Welcome to the fifth installment of our celebration series!
Ready to have some fun exploring what’s next? Here we go!
CS 6: Howlers, Mandrakes, and Muggleborns by Eileen Jones
CS 7: Mudbloods and Murmurs by Eileen Jones
CS 8: Ghosts by Eileen Jones
CS 9: Filch by Eileen Jones
CS 10: Harry, Draco and Quidditch by Eileen Jones
CS 11: Loyalty by Eileen Jones
CS 12: In Dumbledore’s Office by Eileen Jones
These guides were originally written in March of 2002. Since that time, a few edits were made here and there but basically the text remained the same. To get ready for this Canon Celebration, our editors have been revising each one. We’ve added fan artwork to the Guide which illustrates the text. At the bottom in the Commentary section we’ve added a gallery of additional artwork. So even if you’ve read our guides before, please give them another look. And if you’re doing a re-read of the first book, have the Guide to each chapter open as you go! I’m sure you’ll find a lot of information you didn’t know.
Troubles with Time by Steve VanderArk
Hogwarts Ghosts by Mike Gray
How Do Duels Work? by Hugo Costa Paes
We have hundreds and hundreds of pieces of fan artwork in our collection. Some subjects get a lot of depictions — Diagon Alley is a favorite topic, for example, and, well, of course it is! But there are a few pieces which illustrate more unusual moments in the text. Here are a few examples:
A nearly dead Errol arrives with a Howler (CS6)
The result of Ron’s wand backfiring (CS7)
The Deathday Party for Nearly Headless Nick (CS8)
Gryffindor vs Slytherin Quidditch match (CS10)
Snape and Lockhart’s Duelling Club demonstration (CS11)
We have tons of images of Gilderoy Lockhart and Moaning Myrtle. Snape and Potions lessons are a very popular topic. However, we have very few of the House ghosts apart from Nearly-Headless Nick, his Deathday Party or of Dean, Lee, and Seamus. Our Artwork Challenge for all you fan artists out there is to depict one of the lesser known characters in the series. If we really like your work, we may feature it in the Lexicon! Here are some suggestions from these chapters:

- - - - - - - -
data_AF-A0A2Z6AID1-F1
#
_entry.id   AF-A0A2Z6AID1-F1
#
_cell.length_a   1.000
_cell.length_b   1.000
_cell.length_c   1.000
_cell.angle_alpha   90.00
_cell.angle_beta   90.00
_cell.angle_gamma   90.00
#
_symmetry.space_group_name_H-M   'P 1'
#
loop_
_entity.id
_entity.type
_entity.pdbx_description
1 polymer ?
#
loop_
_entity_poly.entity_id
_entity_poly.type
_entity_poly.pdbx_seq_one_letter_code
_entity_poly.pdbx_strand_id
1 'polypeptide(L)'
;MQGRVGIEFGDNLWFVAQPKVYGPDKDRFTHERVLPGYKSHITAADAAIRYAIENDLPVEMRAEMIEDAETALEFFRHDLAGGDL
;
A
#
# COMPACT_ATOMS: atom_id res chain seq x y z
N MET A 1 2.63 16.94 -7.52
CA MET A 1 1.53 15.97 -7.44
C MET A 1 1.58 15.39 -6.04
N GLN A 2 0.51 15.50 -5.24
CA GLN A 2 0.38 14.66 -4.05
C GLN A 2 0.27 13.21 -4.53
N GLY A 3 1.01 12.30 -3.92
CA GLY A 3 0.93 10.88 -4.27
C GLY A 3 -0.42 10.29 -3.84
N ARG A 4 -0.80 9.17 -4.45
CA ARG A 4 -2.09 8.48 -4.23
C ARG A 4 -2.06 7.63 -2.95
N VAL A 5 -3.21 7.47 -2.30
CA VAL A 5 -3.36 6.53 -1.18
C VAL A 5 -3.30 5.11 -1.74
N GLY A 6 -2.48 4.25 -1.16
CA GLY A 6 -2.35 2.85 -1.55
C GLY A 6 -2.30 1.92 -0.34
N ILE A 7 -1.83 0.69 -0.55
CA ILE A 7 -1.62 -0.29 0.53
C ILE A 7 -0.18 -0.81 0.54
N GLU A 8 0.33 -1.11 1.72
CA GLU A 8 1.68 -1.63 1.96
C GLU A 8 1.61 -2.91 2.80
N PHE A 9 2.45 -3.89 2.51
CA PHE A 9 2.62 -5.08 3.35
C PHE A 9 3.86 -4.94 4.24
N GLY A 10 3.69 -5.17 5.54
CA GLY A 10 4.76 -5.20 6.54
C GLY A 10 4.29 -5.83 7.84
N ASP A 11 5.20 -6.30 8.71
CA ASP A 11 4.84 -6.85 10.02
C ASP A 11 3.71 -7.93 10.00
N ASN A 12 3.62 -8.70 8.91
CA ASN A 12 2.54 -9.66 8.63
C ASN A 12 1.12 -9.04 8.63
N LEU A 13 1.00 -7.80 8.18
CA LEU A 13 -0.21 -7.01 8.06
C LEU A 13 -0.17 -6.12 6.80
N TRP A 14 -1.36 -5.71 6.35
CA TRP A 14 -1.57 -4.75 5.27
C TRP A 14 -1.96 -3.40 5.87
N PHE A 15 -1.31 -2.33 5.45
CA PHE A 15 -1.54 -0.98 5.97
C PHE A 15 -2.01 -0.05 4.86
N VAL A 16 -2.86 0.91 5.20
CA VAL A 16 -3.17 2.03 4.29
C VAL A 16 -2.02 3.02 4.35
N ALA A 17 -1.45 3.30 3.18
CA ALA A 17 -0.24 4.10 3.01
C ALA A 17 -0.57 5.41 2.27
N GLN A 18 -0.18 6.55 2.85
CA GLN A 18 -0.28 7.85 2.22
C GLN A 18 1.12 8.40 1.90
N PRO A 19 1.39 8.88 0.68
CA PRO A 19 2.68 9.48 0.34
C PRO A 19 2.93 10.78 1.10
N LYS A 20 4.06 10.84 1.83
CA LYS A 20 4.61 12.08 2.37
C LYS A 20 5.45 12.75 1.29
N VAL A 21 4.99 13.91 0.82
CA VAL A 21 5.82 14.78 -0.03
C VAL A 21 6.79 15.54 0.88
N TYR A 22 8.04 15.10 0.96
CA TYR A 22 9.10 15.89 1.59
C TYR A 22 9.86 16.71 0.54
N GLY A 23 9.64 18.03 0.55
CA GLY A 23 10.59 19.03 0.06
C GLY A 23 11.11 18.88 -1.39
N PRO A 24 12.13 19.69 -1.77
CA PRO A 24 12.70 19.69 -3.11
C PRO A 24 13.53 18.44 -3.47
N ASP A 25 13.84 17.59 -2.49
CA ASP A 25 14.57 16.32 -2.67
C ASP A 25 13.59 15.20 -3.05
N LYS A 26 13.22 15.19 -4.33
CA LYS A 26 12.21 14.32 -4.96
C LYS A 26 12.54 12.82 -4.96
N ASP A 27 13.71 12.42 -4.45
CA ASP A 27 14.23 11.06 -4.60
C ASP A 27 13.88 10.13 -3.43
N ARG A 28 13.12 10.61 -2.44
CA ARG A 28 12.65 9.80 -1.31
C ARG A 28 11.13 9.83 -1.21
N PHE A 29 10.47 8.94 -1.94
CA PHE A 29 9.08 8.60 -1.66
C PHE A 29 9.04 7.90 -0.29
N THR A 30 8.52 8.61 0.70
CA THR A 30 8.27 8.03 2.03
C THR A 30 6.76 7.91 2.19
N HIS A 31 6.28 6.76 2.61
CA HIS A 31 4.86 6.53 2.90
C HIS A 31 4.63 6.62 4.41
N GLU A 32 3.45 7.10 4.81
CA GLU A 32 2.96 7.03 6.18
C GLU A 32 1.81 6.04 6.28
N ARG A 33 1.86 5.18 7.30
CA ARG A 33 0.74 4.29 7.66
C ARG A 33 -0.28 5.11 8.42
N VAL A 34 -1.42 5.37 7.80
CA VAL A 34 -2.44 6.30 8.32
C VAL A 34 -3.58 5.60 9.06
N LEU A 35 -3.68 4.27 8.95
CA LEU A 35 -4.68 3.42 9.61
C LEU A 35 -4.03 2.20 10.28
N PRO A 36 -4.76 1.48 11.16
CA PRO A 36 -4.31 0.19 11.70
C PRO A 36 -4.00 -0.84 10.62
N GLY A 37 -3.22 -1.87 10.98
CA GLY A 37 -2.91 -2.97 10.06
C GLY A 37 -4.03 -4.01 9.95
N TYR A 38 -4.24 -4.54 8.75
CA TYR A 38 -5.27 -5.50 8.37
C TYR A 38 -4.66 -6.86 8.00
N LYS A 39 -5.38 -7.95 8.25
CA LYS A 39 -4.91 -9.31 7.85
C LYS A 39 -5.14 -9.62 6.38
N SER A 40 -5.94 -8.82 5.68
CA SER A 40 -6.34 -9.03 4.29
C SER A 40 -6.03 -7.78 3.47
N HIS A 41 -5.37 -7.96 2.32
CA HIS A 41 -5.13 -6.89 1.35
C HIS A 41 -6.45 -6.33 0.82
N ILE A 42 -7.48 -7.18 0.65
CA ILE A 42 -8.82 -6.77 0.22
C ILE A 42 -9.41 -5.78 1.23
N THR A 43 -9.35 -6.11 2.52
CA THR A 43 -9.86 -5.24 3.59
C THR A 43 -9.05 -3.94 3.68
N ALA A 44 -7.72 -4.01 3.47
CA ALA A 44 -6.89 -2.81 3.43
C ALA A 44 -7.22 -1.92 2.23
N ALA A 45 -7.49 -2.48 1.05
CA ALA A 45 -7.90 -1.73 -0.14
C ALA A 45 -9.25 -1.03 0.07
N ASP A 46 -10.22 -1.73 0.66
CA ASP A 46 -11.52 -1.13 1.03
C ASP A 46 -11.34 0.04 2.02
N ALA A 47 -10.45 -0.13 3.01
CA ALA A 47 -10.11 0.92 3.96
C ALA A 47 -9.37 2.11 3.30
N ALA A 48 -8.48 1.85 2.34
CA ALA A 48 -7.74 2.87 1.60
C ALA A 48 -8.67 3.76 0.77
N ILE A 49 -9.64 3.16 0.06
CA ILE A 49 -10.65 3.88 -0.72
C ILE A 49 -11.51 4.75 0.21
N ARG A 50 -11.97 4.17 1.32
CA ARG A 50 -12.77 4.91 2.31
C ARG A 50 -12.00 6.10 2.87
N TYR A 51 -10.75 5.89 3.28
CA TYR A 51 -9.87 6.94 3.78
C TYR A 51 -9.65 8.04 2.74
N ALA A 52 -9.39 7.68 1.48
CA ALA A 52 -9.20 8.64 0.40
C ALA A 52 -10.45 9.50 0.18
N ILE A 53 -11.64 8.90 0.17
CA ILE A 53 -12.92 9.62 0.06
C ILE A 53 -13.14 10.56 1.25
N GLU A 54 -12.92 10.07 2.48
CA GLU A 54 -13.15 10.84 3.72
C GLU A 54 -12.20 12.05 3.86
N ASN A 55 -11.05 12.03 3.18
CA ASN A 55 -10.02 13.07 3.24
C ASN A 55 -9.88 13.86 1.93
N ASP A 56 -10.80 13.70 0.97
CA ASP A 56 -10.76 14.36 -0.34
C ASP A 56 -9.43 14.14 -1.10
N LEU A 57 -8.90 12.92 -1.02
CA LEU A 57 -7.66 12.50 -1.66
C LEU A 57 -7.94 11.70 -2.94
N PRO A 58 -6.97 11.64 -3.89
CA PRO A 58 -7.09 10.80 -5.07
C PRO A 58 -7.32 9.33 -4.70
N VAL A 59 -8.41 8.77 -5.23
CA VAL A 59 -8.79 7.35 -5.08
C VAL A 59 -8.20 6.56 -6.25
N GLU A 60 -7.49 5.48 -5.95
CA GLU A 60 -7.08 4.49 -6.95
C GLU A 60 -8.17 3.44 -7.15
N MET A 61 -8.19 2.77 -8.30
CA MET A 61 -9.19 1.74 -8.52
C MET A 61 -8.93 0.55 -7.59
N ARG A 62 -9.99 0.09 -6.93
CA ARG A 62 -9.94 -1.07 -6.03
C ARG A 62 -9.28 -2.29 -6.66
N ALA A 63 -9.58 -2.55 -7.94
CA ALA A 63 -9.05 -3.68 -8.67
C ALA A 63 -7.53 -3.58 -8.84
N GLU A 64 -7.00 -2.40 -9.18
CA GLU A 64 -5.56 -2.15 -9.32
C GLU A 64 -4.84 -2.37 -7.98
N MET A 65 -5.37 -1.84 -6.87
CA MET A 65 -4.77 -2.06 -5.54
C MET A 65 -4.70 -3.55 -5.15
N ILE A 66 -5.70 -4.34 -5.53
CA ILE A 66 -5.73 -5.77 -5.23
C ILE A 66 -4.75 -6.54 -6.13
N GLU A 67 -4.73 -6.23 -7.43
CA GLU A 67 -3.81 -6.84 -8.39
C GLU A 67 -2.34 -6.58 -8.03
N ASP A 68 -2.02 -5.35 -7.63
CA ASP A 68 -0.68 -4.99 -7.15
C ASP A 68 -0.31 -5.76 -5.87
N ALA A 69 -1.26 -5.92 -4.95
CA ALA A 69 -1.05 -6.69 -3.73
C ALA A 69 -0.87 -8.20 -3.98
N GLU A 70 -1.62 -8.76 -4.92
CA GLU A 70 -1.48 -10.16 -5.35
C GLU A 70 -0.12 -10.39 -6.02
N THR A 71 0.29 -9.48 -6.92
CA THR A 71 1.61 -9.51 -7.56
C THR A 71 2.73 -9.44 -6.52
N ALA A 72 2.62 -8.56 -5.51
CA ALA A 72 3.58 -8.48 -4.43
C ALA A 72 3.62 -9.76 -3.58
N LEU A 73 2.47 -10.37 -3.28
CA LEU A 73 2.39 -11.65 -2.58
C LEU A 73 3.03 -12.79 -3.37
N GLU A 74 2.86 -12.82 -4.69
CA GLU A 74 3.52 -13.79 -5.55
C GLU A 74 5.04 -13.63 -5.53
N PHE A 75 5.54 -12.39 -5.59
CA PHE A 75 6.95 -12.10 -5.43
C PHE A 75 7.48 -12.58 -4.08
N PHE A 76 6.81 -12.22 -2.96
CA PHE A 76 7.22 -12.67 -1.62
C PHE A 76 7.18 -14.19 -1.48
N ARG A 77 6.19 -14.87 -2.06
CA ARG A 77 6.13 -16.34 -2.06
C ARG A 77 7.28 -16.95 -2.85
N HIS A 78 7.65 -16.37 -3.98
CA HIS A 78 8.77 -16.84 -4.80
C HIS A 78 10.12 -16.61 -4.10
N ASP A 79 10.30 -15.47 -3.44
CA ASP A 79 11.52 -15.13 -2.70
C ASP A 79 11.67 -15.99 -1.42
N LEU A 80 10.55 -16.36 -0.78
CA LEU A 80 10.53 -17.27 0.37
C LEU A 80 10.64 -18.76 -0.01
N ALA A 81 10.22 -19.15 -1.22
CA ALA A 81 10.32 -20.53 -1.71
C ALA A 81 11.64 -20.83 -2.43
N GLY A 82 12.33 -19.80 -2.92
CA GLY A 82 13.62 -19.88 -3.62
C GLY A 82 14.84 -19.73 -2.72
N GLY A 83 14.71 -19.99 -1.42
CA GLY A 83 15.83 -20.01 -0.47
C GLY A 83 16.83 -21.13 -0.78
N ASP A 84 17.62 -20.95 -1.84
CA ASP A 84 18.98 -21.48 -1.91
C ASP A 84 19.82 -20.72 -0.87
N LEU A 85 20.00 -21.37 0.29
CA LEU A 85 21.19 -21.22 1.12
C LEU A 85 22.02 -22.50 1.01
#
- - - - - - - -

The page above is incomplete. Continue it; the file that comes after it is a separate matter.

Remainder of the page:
- a Howler delivering its message (CS8)
- the inside of Hagrid’s Hut (CS7)
- the Slytherin Quidditch Team in their green robes (CS8, CS10), although you could do something with Hufflepuff in yellow or Ravenclaw in blue if you’d prefer
- the Trophy Room, specific trophies or a trophy cabinet (CS7, CS13)
Send your artwork to [email protected] By submitting it, you are giving us permission to display your work on the Lexicon. We would like to include your name with your artwork so you are properly credited, so when you send your work let us know what name to use. Please also include a way to get a hold of you so that if we decide to feature your work as part of our regular collection we can contact you for more details. All artwork we display remains the property of the artist and they retain all copyright.
Special Features – The Heir of Slytherin / Dobby
The Heir of Slytherin